Dedicated, hard-working, passionate, and humble are just a few words that describe Dave Neven. Originally from Chicago, (now based in Los Angeles, CA) Dave Neven’s work ethic has matured him from a 15-year club DJ into a hot and buzz-worthy trance/progressive producer. Catching the attention of industry big names like Markus Schulz, Dave Neven has the talent, and charm that’ll take him beyond his conscious potential. We chatted with the Ocata alias producer about music, his career, and thoughts on the craft of producing.
OnEDM: You got Miami Music Week coming up next Tuesday at Rockwell with the Coldharbour crew, does it make it any more special since its all label fam?
Dave Neven: Yea, of course. It’s great to have a lot of us together at a show. Most of the Coldharbour artists I kinda “grew up” within the scene, so we have a history together.
What does Trance family mean to you? What’s special about trance among other genres of electronic dance music? What does Trance bring that other genres don’t?
Trance lovers/fans are a different breed when it comes to anything under the “EDM” umbrella. I feel like they/we feel the music in a way deeper level. I mean, trance is the genre expressing the most emotion, so this obviously would go hand and hand. And because of that, I feel like we are more connected. We feel the music, and understand what the person next to us is feeling. So it makes us closer.
Out of all of your latest music, “Phoenix Rising” has to be my personal favorite. Can you talk about the collab process with Sean and Xander?
I had a gig out in Phoenix about a year ago or so and I was talking with Alex (Xander) about music stuff. We went out, grabbed tacos (of course) and we shared some of our new music with each other. I liked the direction they were going, and we threw out the idea of a collab. A couple of weeks later, they sent me a melody and I instantly fell in love, which is rare because I am very particular about melodies. They then sent me a couple of different parts and I put the track together and the collab was born. Then it was deciding a name and I felt like “Phoenix Rising” was appropriate since we stirred up the idea while in Phoenix.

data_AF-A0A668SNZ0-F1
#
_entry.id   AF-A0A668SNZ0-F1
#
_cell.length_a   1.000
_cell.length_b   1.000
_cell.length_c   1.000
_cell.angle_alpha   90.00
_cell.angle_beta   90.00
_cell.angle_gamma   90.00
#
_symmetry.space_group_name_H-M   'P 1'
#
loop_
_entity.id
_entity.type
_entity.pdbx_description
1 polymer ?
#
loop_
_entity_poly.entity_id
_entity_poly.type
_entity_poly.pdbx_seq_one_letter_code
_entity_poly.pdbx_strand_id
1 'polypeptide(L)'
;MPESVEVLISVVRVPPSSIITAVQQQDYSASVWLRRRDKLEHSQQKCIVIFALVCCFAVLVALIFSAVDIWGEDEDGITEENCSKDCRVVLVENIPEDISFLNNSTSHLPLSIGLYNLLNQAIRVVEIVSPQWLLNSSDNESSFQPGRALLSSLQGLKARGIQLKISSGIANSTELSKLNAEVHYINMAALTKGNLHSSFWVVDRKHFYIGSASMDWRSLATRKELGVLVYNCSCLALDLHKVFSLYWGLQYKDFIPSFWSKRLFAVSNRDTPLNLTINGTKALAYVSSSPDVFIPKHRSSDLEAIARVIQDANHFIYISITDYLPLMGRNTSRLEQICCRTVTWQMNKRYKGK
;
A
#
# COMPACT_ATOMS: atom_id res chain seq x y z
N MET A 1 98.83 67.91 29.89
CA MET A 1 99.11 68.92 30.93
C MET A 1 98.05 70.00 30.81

50 episodes of Digital Noise radio just last week congratulations, how does it feel?
Thank you so much! Honestly, it may not seem like a lot to some, there are guys hitting 500, 600, even almost 1000. However, I only do my show once a month, so 50 episodes take a little over 4 years. There have been countless times I thought about just giving it up, because when I’m in the studio, honestly, I would rather be creating something new, rather than going through 500 promos and selecting maybe 10. It’s very tedious! I spend the extra time finding those hidden gems because I don’t want my show to be the same as the next guy. So hitting 50, to me, is a milestone. And I absolutely love hearing from fans how much they love my show, that is the main reason I haven’t given it up.
You mentioned you much rather be making music than sitting making a mix and doing voice over, but the people and their love for it kept it running this long. I think that really proves the power a good DJ has. You can make the best music but if you don’t know how to build a set if you don’t know how to throw a party, how good are you really? With that being said, how has the podcast shaped your skills at entertaining?
Yes, I completely agree! However, radio shows and live sets are completely different. Radio shows are to showcase the new music out there or coming out. Not necessarily mixing in key (harmonically), and mixing very quickly to play more tracks within your time. I will try to still stay in key when mixing my show, but it isn’t an essential part of the concept. When playing live shows, I definitely mix harmonically and will also make special edits, mashups, bootlegs, all that good stuff. Luckily for me, I was a DJ before I was a producer. Actually, next year will be my 20th anniversary as a DJ. I have been actively Djing in nightclubs for almost 15 years, so that has taught me the most about how to prepare a proper set.
For aspiring DJ/Producers, what’s a big misconception about the DJ career that people overlook while stepping into this field? / or what is a big surprise to you while pursuing this career?
I think the biggest misconception is that most think once you get a track signed and start getting support from the “big guys” the touring and gigs will pour in. That is a big NO unless you create an absolute HIT, and you have a huge team behind you, which most new guys won’t, this idea is very far-fetched. It takes years and consistency for the gigs to start coming. If you really want it, you need to stay dedicated, make positive relationships with others in the scene, go out and support the scene, and most importantly, work your ass off.